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'Never Breathe a Word: The Collected Stories' by Caroline Blackwood

DeathJournalismSocial IssuesRobert LowellLucian FreudDocumentary (genre)

Never Breathe a Word

The Collected Stories

Caroline Blackwood

Counterpoint: 366 pp., $26

It is clear that we read for pleasure; what is less obvious are the varieties of pleasures we experience. Pleasing isn't always pleasant. Take Caroline Blackwood's stories -- they are rare in their brutal exposure and are deeply troubling to read. Yet "Never Breathe a Word" is nothing less than a marvelous slide into an emotional abyss.

In Blackwood's stories, women -- almost always women -- have quietly slipped outside their conventional roles. An aging actress feels "fierce and defeated and futureless." While we're ready to accept that such a woman might have no future or feel defeated, is she allowed to be fierce? What kind of damage might she wreak, driven by a powerful anger and with nothing to lose?

Most of Blackwood's characters come from such places: They inhabit danger zones of keen intelligence, amused manipulation and something else -- self-indulgence, or maybe self-importance. They are sometimes funny, unwittingly revealing and rarely nice. At the core, they're out of sync with underlying societal assumptions, women who are unselfconsciously and dominantly at the center of their worlds.

Blackwood, who died at 64 of cancer in New York in 1996, was at the center of many. Officially known as Lady Caroline, she was an heir to the Guinness fortune who grew from round-faced debutante to beautiful, wild bohemian. She married a broke and unknown painter, Lucian Freud, whom fortune smiled upon; composer Israel Citkowitz, whose fame remained modest; and lured poet Robert Lowell away from his wife into a marriage that proved toxic to them both. Lowell finally left Blackwood -- on that day, he was on his way to his New York apartment when he died of a heart attack; he was found in his taxi, clutching the Freud portrait of Blackwood that appears on the cover of this book.

"Never Breathe a Word" closes with Blackwood's earliest writing, seven journalism pieces, by turns light and agonizing. Writing about 1964 Beat culture in Venice Beach, she scornfully peppers the article, Zagat-like, with beat lingo. "Beatific talk is the very soul of brevity, if not wit. It is deliberately functional, for the hipster rejects euphemism. He 'sets a scene' when he tells, 'wigs' when he's worried, 'gigs' when he works, 'bugs' when he's annoyed, 'wails' when he functions, 'floats' when he's drunk, 'grazes' when he's content, 'bends' when he's tired, 'scenes' when he arrives, 'splits' when he goes." From witty distance, she moves in close: She writes, with stunted emotion, of the dehumanizing experience in a high-tech burn ward that was treating her young daughter. The title piece is a memoir: In it, she builds slow and horrible tension of her youthful experience with a malevolent horseman. Always seeded with cold wit, Blackwood's nonfiction reveals remarkable, ungentle insight.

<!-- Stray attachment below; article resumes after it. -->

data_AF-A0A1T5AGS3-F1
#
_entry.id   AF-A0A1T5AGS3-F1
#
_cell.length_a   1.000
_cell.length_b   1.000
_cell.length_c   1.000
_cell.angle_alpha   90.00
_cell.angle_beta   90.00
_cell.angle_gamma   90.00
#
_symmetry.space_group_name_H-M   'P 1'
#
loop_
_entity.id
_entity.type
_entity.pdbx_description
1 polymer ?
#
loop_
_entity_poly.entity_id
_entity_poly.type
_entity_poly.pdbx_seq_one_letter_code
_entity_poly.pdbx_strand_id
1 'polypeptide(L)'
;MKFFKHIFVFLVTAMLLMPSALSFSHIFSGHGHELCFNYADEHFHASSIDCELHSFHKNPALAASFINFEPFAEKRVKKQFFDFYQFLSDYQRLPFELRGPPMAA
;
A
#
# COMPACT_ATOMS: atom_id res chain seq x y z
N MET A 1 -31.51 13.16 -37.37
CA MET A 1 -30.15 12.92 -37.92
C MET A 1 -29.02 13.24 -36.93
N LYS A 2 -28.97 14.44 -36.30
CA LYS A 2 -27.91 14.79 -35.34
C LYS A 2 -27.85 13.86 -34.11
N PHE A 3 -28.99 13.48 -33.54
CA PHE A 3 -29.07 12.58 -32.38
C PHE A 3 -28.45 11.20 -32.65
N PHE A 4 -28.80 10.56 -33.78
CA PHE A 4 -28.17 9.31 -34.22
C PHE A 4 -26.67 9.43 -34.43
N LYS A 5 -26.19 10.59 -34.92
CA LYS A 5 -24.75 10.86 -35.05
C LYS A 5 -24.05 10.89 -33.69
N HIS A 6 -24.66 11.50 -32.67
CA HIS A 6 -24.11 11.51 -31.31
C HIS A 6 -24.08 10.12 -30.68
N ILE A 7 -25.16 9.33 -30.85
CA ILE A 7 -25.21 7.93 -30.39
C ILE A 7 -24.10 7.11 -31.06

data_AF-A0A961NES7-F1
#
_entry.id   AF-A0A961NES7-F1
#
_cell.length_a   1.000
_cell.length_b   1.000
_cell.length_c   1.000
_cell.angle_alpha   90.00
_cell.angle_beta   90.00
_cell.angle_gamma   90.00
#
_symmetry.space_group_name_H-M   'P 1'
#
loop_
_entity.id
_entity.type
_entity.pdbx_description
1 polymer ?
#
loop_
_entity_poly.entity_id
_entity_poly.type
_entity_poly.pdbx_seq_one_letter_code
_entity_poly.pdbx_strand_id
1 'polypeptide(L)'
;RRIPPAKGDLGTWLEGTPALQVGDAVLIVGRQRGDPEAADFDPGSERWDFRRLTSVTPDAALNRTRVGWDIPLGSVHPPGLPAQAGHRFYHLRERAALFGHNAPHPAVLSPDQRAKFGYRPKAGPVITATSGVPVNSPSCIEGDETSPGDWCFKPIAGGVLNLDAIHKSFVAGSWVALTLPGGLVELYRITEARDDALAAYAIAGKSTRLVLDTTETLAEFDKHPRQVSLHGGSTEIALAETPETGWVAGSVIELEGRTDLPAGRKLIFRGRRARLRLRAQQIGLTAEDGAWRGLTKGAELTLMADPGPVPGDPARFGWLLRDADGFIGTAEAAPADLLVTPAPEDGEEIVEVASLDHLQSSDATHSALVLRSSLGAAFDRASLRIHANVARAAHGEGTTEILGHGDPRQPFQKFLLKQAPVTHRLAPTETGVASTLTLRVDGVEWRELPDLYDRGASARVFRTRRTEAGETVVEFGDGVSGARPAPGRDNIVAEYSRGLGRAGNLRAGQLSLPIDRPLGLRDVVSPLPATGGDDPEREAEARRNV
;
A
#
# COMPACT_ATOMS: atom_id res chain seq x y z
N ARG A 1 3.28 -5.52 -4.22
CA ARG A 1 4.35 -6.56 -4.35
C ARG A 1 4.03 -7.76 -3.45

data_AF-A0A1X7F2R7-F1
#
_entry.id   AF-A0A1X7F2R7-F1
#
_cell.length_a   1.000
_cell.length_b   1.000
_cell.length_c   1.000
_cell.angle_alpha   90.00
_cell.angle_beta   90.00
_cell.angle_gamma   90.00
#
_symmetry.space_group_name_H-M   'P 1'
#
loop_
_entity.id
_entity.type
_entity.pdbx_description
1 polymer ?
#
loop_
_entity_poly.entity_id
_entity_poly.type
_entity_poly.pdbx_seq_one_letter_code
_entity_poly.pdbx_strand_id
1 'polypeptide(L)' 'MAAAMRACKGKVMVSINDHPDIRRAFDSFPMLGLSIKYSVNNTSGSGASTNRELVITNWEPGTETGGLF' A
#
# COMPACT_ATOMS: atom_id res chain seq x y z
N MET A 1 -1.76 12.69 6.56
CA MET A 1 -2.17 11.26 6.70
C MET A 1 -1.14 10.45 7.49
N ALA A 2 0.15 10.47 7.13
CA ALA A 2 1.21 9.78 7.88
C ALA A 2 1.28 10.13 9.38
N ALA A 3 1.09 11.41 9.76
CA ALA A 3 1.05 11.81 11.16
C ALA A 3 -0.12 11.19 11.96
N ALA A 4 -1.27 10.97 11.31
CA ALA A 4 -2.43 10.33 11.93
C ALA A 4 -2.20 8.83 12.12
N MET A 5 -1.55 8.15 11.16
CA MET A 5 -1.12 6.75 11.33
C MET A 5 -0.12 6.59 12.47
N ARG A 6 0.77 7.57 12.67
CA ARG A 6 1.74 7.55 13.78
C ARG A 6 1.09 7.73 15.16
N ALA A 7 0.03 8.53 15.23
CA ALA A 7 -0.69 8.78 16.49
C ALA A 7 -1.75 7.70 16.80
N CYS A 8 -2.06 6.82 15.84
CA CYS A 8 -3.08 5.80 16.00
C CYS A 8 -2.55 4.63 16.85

But Blackwood left nonfiction behind for fiction. "You can't really get the truth about anybody from an interview," she demurred to the New York Times in 1995. "It's all fiction in a way."

She enacts this tension -- between the expectation of self-revelation and a subject's unwillingness to perform appropriately -- in the collection's opening story, "The Interview." Written almost completely in dialogue, a young male journalist brings a painter's widow to a bar. They've just been to a documentary screening of a film featuring her dead husband; at first the widow seems frail, vulnerable, about to spill more than she should over whiskey.

She drops salacious details -- her unfaithful husband was a lover "about as soft and green as asparagus!" -- and makes half-serious, predatory overtures, even as she shares serious ideas. "I fear that film can be a little too factual -- and its effects can be rather fatal. One should only ever be linked to the past through one's memory," she says. "Luckily memory is the most miserable, and unreliable, old muscle." Her candor is calculated, devised to both pull the interviewer close and push him away; as the story moves toward its conclusion, his voice literally disappears from the page.

There are a few male voices: a husband, oblivious to his wife's postpartum depression, feels victimized by their cheerful nanny and rationalizes his way to a tryst. A sensitive, handsome social worker, employed to connect abandoned children with their birth mothers, finds solace in one-night stands, and may well be leaving his own fatherless babies behind.

The women are not much more likable, but they are more intricately layered. A strict nun bends her rules for the wife of a dying man. Is she going soft? Is she feeling new generosity? Why does her small kindness feel like a sin? What desire does she not see?

Blackwood is a master of minutely examined choices that lead around, rather than into; her characters are prone to dissimulation and avoidance. A mother ravages her daughter's stocking on Christmas Eve because she can. The retired actress, recently dumped by a young lover, rediscovers her footing in a cold graveyard. Blackwood's characters are wicked and wise, cruel and funny and weak. They are liars. They are like many of us.

In moving to fiction, Blackwood found a way to rarely revealed truths. Her stories are essential for those who won't be frightened off by the futureless and the fierce.

Kellogg is lead blogger for Jacket Copy, the Times' book blog.

Copyright © 2014, Los Angeles Times
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